(Phys.org) —Students at Carnegie Mellon University in Pittsburgh have created a Scrabble-playing robot who is quite remarkable, not because it plays well but because it does not play well, and talks with all the human signs of a sneering winner and a sore loser. This robot is Victor, who has been sitting in the school's computer science lounge playing Scrabble with any human who can accommodate Victor's jokes and jibes.
The robot was designed and developed under the guidance of Carnegie Mellon under the supervision of Reid Simmons, a robotics professor who began working with Victor in 2009, as a test for how robots can interact with humans in a more pal-like way. The concern is that, if robots are to interact with humans in instances such as home assistance, the goal in robotics should be to design machines that can interact more successfully than toasters and blenders. The Wall Street Journal's James Hagerty visited the professor and Victor's Scrabble-playing scene; his report was published earlier this month along with a video.
Victor's head is a box-shaped screen on a fiberglass body. The Scrabble table consists of a touch-screen Scrabble board where people move tiles by swiping their fingers across the screen. "Victor sits at one end of the table; he is a robot with a face and a body, no arms, a fiberglass shell; he can look around," said Simmons. Victor looks at the board, and he looks at people. Victor's remarks include these one-liners: "Since you're human, I guess you think that is a pretty good move." "Your word scored less than a CMU student at a party." For all his clever remarks, Victor is a poor player, incapable of strategizing to two or three moves ahead, and its poor show of Scrabble skills is by design.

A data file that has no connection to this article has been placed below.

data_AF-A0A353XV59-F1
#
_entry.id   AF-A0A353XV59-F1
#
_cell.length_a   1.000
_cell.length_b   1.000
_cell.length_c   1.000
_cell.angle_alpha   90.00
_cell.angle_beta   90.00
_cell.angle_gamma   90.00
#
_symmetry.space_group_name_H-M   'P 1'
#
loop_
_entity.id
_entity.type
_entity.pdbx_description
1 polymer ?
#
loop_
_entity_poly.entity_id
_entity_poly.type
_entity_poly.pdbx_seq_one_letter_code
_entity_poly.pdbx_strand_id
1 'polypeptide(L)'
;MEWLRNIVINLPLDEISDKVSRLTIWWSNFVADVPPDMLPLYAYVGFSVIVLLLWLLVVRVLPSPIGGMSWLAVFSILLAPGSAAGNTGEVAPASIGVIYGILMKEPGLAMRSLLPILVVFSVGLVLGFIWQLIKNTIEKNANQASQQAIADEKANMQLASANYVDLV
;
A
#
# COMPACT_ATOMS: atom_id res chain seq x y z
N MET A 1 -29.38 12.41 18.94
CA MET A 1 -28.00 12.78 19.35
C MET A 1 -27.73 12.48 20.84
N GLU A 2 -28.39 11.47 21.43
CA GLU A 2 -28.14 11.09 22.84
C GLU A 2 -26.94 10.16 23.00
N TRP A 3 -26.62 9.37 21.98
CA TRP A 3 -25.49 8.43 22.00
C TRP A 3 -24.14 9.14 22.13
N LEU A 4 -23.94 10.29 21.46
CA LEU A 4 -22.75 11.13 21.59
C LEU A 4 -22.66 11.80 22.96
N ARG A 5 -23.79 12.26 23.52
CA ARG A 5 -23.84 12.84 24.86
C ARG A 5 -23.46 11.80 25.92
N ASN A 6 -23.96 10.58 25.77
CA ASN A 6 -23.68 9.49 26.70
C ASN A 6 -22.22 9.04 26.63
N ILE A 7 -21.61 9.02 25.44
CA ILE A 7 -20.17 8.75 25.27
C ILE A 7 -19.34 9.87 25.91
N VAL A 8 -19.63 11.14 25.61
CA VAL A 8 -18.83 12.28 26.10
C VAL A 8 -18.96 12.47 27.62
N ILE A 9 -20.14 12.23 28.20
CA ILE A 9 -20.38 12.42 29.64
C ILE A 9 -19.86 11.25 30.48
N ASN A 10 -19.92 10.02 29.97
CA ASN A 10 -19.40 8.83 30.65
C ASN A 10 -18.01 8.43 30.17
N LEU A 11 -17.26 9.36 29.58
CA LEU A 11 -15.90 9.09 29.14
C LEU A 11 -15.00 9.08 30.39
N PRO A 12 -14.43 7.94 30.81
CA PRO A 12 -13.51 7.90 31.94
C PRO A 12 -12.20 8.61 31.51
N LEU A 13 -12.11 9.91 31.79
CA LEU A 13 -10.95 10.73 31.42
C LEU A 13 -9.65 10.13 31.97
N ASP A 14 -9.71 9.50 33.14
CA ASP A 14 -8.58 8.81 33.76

While Watson can outdo its brainy human competition with no risk of hurting their resolve to try again at games of mental skill, some Scrabble players might lose interest if Victor were to always get away with the highest scores. Simmons wanted to make sure Victor's powers were not great enough to intimidate casual players. Yet another human-like quality given to Victor is that it is a sore loser. Victor is happy when it is ahead but launches into trash talk when losing. The robot's range of emotional responses was helped by Michael Chemers, a former CMU drama professor who shaped the robot's personality.
Interestingly, some years back, Chemers wrote in his blog about social robotics." I am convinced now that performance theory is going to be of greater importance as the field develops… Social intelligence is the reason why human cognition is so much more advanced over the other primates, and it is heavily imbricated with performance and mimesis. Machine intelligence will have to develop similarly; I'm proud and excited to be involved with this."